President Trump has walked back his latest threat to pull the U.S. out of the North American Free Trade Agreement, saying he still wants to try to renegotiate the trade agreement with Canada and Mexico. But he warns he’s ready to pull out if talks don’t produce “a fair deal.” That’s making a lot of industries that depend on cross-border trade nervous. Among the most concerned: cattle ranchers.
For three weeks each year, more than 2 million people converge on Houston for the city’s annual Livestock Show and Rodeo. Many come for the entertainment: country music stars, bronco busting and bull riding.
But this is also a trade show, one that attracts buyers from all over the world and U.S ranchers ready to sell to them, such as rancher Coleman Locke of Hungerford, Texas.
“Our family ranch is J.D. Hudgins Inc., and we have been in business since 1908,” Locke said.
Mexico has long been one of the most important foreign markets for J.D. Hudgins. The family ranch sells cattle south to Mexican ranchers who breed them with their own stock. Then they sell the calves back to the U.S., where the cattle are fattened, slaughtered and sold for beef.
“So the profit on those animals will be made in this country,” Locke said.
And the largest foreign buyer of Texas beef? Mexico.
Cattle on display at the Houston Livestock Show and Rodeo at NRG Center.
“We export, as the U.S., about $975 million to Mexico, and about $758 million to Canada [per year],” said economist Luis Ribera, director of the Center for North American Studies at Texas A&M University. “That’s just beef and veal.” In fact, Mexico is now the third-largest export market for American beef. Only Japan and South Korea buy more.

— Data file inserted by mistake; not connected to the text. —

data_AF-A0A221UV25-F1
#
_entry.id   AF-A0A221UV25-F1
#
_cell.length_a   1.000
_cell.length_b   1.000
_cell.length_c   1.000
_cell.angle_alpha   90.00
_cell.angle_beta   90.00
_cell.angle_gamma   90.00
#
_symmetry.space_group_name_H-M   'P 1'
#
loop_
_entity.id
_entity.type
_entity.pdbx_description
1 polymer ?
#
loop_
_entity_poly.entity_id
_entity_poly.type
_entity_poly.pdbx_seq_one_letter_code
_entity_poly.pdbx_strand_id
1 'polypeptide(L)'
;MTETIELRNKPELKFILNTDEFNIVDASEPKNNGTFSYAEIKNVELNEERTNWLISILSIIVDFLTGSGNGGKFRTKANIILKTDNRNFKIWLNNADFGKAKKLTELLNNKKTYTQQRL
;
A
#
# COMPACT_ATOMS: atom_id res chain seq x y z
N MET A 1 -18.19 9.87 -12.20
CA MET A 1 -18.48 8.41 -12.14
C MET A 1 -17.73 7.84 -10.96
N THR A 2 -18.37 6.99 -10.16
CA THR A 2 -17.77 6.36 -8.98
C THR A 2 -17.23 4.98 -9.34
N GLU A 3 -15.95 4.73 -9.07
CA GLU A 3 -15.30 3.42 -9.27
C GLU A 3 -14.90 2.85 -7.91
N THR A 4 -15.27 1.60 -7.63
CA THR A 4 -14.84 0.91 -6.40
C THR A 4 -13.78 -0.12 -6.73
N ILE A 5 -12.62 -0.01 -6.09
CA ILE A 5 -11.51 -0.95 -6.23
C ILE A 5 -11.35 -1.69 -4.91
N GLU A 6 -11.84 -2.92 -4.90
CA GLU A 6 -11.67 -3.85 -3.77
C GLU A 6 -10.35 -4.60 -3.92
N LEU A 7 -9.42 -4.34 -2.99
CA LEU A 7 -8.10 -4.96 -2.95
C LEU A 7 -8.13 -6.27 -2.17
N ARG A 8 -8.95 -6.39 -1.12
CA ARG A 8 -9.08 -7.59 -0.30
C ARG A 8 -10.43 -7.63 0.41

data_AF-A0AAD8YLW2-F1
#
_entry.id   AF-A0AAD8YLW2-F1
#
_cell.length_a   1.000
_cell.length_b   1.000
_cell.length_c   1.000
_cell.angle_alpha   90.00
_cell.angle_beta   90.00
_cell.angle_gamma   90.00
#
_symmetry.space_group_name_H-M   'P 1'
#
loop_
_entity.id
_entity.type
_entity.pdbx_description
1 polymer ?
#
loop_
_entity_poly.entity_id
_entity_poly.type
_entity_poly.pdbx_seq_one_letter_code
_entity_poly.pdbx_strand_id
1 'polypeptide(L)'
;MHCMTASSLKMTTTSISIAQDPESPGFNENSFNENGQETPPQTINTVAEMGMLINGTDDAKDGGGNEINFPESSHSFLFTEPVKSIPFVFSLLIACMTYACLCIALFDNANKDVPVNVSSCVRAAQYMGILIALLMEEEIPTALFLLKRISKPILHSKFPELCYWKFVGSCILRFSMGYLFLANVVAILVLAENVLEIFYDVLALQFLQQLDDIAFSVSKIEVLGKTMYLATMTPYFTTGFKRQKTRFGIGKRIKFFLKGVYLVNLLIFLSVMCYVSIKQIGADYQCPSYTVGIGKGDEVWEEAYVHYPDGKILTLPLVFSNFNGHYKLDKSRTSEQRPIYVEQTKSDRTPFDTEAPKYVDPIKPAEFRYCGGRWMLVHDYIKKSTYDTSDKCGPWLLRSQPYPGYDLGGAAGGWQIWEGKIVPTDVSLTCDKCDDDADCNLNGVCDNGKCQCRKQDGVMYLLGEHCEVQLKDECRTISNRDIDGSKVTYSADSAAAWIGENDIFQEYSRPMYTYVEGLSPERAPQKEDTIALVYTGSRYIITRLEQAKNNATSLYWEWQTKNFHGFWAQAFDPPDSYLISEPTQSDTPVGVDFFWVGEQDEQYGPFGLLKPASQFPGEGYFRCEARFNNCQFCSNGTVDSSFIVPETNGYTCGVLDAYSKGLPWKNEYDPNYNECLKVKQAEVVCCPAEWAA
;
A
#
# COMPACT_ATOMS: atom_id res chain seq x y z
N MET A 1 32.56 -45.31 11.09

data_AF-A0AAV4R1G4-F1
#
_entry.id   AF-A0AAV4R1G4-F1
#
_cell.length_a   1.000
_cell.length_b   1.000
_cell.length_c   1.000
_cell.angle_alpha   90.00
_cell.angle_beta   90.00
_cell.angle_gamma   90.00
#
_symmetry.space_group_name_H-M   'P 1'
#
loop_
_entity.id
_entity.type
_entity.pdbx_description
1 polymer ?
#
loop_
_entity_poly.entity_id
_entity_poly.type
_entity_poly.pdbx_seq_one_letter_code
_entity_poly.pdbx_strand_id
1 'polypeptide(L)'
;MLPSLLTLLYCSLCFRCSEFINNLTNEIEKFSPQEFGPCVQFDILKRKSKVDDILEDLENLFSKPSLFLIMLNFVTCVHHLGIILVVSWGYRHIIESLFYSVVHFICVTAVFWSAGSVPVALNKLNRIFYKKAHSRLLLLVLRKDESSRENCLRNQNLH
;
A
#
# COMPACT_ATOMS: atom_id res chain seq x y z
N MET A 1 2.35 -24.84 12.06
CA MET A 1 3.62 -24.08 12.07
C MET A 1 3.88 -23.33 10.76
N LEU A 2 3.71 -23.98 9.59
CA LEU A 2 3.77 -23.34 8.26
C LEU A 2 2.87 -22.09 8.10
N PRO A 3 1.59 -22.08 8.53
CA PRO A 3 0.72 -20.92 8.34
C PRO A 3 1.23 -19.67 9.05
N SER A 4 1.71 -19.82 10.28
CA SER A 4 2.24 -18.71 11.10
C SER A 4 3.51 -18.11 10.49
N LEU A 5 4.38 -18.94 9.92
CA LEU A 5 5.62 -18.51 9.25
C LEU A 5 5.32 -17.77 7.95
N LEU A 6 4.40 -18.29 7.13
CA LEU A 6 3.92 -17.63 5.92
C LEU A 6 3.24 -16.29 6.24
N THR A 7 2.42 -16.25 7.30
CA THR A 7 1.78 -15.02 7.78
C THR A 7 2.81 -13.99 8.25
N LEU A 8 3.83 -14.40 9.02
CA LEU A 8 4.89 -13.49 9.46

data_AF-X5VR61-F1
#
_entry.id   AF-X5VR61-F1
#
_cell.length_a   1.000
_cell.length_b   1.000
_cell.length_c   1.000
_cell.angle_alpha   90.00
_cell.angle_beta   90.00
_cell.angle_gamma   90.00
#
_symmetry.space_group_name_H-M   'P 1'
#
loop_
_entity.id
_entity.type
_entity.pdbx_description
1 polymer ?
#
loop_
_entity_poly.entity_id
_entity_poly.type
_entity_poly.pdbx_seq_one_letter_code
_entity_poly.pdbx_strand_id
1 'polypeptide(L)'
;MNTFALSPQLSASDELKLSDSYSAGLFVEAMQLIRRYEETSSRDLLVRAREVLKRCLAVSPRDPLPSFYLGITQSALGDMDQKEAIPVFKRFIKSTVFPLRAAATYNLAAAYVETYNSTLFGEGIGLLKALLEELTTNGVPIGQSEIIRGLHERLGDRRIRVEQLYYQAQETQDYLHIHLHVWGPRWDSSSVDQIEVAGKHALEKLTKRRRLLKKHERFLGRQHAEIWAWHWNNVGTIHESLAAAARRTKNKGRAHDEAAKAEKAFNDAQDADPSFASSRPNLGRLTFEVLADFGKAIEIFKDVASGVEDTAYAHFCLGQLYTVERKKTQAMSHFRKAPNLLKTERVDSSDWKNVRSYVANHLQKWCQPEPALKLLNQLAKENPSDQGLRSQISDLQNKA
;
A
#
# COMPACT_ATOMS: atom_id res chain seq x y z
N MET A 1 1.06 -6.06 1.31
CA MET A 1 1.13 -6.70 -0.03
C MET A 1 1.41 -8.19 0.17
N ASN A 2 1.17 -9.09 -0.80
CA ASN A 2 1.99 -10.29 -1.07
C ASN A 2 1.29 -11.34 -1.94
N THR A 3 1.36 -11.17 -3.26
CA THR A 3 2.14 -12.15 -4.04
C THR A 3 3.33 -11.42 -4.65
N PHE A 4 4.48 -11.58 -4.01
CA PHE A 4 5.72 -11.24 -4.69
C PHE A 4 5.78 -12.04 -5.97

NAFTA has done a lot to stimulate the U.S.-Mexico cattle and beef trade, according to Kelley Sullivan, co-owner of Santa Rosa Ranch. Her family, like Locke’s, has been in the beef industry for more than a century.
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“The export market is very, very important to us, so we keep an eye on it, closely,” Sullivan said. “Prior to, for example, NAFTA being passed, there was a 25 percent tariff on our beef.”
Sullivan said she isn’t too concerned about the potential for trade disputes between the U.S. and Mexico to hurt her business.
“What we do know is that President Trump is a businessman and understands the importance of having markets available for products.”
Kelley Sullivan, co-owner, Santa Rosa Ranch.
Locke expressed similar views.
“I feel confident that he will have our beef organizations at the bargaining table and will be taking advice from them,” he said.
Kent Bacus is one of those men at the bargaining table. Bacus is director of international trade for the National Cattlemen’s Beef Association in Washington, D.C. And he’s not nearly so optimistic.
“Quite frankly,” Bacus said, “we’re worried that if there are any significant changes made to NAFTA, it’ll jeopardize our ability to remain competitive.”
Bacus said Trump has already dealt beef producers a blow by pulling America out of the Trans-Pacific Partnership. The TPP would have lowered trade barriers to Japan. He notes that Australia, America’s lead competitor there, enjoys an 11 percent tariff rate advantage over the U.S.
“As a result,” he said, “we’ve been losing about $400,000 per day in potential sales. And the good thing about TPP is it would have eliminated that gap and leveled the playing field on Day 1.”
Bacus noted that beef has long been a target for retaliation in trade disputes, particularly with Mexico. He’s lobbying hard to make sure the administration understands what’s at stake with NAFTA. Because if that trade agreement unravels, his members will be among the first hurt.